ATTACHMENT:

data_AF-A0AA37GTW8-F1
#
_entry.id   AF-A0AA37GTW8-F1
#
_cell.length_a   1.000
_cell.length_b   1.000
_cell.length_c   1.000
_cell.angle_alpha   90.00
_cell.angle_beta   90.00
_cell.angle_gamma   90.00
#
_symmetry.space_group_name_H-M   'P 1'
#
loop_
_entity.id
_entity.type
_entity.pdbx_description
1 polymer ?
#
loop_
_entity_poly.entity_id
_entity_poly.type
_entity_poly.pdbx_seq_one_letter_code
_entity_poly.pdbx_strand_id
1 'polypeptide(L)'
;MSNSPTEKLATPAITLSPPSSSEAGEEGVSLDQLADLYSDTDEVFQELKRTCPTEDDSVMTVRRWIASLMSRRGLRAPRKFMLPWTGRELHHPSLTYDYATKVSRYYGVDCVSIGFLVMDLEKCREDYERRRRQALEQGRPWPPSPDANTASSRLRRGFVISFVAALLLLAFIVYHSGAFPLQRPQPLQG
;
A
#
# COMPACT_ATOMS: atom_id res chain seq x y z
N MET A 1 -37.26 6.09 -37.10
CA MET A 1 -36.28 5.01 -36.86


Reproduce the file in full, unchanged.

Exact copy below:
data_AF-A0AA37GTW8-F1
#
_entry.id   AF-A0AA37GTW8-F1
#
_cell.length_a   1.000
_cell.length_b   1.000
_cell.length_c   1.000
_cell.angle_alpha   90.00
_cell.angle_beta   90.00
_cell.angle_gamma   90.00
#
_symmetry.space_group_name_H-M   'P 1'
#
loop_
_entity.id
_entity.type
_entity.pdbx_description
1 polymer ?
#
loop_
_entity_poly.entity_id
_entity_poly.type
_entity_poly.pdbx_seq_one_letter_code
_entity_poly.pdbx_strand_id
1 'polypeptide(L)'
;MSNSPTEKLATPAITLSPPSSSEAGEEGVSLDQLADLYSDTDEVFQELKRTCPTEDDSVMTVRRWIASLMSRRGLRAPRKFMLPWTGRELHHPSLTYDYATKVSRYYGVDCVSIGFLVMDLEKCREDYERRRRQALEQGRPWPPSPDANTASSRLRRGFVISFVAALLLLAFIVYHSGAFPLQRPQPLQG
;
A
#
# COMPACT_ATOMS: atom_id res chain seq x y z
N MET A 1 -37.26 6.09 -37.10
CA MET A 1 -36.28 5.01 -36.86